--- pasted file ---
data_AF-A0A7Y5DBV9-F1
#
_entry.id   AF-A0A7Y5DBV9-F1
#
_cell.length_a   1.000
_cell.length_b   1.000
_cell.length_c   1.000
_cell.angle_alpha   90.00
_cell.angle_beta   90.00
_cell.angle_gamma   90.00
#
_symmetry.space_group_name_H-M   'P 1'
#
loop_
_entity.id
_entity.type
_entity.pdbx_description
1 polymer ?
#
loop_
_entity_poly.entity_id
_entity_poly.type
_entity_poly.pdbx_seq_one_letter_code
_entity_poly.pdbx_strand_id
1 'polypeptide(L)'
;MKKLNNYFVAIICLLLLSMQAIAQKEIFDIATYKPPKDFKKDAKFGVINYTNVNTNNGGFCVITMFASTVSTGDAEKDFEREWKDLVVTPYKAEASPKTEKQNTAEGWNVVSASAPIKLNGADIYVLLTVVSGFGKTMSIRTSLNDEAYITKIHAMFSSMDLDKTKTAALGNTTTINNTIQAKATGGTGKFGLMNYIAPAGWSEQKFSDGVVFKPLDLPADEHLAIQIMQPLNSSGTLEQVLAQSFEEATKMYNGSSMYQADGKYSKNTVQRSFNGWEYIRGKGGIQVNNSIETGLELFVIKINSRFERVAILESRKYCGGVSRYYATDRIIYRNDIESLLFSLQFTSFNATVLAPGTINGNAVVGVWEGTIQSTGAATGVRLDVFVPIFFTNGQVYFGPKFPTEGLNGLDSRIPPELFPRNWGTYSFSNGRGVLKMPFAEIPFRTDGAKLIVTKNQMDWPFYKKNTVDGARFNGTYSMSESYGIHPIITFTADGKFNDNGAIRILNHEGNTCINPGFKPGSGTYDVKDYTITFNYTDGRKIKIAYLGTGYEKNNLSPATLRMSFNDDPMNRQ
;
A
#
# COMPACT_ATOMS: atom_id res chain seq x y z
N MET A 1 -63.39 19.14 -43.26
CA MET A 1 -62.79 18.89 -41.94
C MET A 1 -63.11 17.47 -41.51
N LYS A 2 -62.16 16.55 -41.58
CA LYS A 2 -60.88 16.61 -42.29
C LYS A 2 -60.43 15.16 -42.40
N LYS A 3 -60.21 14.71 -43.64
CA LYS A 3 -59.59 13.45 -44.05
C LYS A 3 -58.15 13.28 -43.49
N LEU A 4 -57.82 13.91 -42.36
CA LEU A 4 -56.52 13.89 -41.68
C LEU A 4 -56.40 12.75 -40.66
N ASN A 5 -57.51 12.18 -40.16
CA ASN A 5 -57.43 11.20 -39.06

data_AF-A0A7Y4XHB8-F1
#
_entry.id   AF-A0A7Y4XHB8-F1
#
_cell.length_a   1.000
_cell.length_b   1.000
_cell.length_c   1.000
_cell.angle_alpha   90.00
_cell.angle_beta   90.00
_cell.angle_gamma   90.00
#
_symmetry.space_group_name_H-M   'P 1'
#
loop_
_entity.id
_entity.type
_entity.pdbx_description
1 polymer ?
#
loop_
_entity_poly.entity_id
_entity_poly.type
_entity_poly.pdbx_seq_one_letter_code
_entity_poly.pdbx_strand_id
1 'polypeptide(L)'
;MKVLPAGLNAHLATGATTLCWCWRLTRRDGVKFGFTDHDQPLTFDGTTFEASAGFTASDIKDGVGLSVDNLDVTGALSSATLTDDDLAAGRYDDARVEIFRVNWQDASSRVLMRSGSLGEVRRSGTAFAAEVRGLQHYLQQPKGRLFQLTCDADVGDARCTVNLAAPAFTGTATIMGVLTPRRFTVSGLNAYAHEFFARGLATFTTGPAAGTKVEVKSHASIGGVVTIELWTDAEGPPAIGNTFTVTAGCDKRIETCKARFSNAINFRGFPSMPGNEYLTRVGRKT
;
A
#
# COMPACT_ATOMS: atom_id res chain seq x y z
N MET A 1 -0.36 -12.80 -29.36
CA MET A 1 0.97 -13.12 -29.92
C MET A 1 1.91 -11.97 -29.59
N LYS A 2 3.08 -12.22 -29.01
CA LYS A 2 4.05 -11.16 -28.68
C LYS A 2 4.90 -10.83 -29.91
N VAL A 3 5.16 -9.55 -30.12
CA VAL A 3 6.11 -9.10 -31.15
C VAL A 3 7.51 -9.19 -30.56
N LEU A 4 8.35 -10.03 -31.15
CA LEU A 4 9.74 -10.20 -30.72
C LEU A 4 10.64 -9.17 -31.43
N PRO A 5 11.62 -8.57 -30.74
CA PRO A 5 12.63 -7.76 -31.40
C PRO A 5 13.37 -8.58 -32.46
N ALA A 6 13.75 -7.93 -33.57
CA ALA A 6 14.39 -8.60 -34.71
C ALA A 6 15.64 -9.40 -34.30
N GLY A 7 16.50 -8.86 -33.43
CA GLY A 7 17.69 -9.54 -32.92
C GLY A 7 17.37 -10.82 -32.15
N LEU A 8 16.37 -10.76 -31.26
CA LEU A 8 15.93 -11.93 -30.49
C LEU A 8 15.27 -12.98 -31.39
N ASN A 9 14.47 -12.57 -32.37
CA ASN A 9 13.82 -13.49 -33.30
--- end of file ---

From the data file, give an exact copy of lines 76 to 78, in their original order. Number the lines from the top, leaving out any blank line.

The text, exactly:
CA MET A 1 0.97 -13.12 -29.92
C MET A 1 1.91 -11.97 -29.59
N LYS A 2 3.08 -12.22 -29.01